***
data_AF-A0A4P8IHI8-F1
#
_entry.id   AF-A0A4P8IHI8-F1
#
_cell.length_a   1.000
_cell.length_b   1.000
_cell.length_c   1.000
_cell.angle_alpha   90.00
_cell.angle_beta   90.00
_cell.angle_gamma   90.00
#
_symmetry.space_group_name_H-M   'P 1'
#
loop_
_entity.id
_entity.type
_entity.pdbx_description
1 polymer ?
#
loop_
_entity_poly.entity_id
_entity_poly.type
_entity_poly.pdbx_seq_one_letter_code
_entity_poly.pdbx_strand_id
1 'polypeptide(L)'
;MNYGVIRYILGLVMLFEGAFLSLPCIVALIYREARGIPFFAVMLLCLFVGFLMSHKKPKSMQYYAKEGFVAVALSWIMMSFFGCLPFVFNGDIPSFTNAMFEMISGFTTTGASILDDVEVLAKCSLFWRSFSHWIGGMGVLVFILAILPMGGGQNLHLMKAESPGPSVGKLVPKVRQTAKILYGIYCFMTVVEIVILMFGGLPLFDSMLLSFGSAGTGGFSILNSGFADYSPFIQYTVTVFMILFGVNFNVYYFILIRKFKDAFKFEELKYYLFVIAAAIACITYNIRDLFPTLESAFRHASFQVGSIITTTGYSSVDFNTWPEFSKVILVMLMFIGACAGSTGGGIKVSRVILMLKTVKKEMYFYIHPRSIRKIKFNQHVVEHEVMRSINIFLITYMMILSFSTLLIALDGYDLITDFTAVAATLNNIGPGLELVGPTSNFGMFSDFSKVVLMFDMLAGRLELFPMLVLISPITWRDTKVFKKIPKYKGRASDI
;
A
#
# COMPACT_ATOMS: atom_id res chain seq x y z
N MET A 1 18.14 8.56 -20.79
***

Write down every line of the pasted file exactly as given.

data_AF-A0A4P8IHI8-F1
#
_entry.id   AF-A0A4P8IHI8-F1
#
_cell.length_a   1.000
_cell.length_b   1.000
_cell.length_c   1.000
_cell.angle_alpha   90.00
_cell.angle_beta   90.00
_cell.angle_gamma   90.00
#
_symmetry.space_group_name_H-M   'P 1'
#
loop_
_entity.id
_entity.type
_entity.pdbx_description
1 polymer ?
#
loop_
_entity_poly.entity_id
_entity_poly.type
_entity_poly.pdbx_seq_one_letter_code
_entity_poly.pdbx_strand_id
1 'polypeptide(L)'
;MNYGVIRYILGLVMLFEGAFLSLPCIVALIYREARGIPFFAVMLLCLFVGFLMSHKKPKSMQYYAKEGFVAVALSWIMMSFFGCLPFVFNGDIPSFTNAMFEMISGFTTTGASILDDVEVLAKCSLFWRSFSHWIGGMGVLVFILAILPMGGGQNLHLMKAESPGPSVGKLVPKVRQTAKILYGIYCFMTVVEIVILMFGGLPLFDSMLLSFGSAGTGGFSILNSGFADYSPFIQYTVTVFMILFGVNFNVYYFILIRKFKDAFKFEELKYYLFVIAAAIACITYNIRDLFPTLESAFRHASFQVGSIITTTGYSSVDFNTWPEFSKVILVMLMFIGACAGSTGGGIKVSRVILMLKTVKKEMYFYIHPRSIRKIKFNQHVVEHEVMRSINIFLITYMMILSFSTLLIALDGYDLITDFTAVAATLNNIGPGLELVGPTSNFGMFSDFSKVVLMFDMLAGRLELFPMLVLISPITWRDTKVFKKIPKYKGRASDI
;
A
#
# COMPACT_ATOMS: atom_id res chain seq x y z
N MET A 1 18.14 8.56 -20.79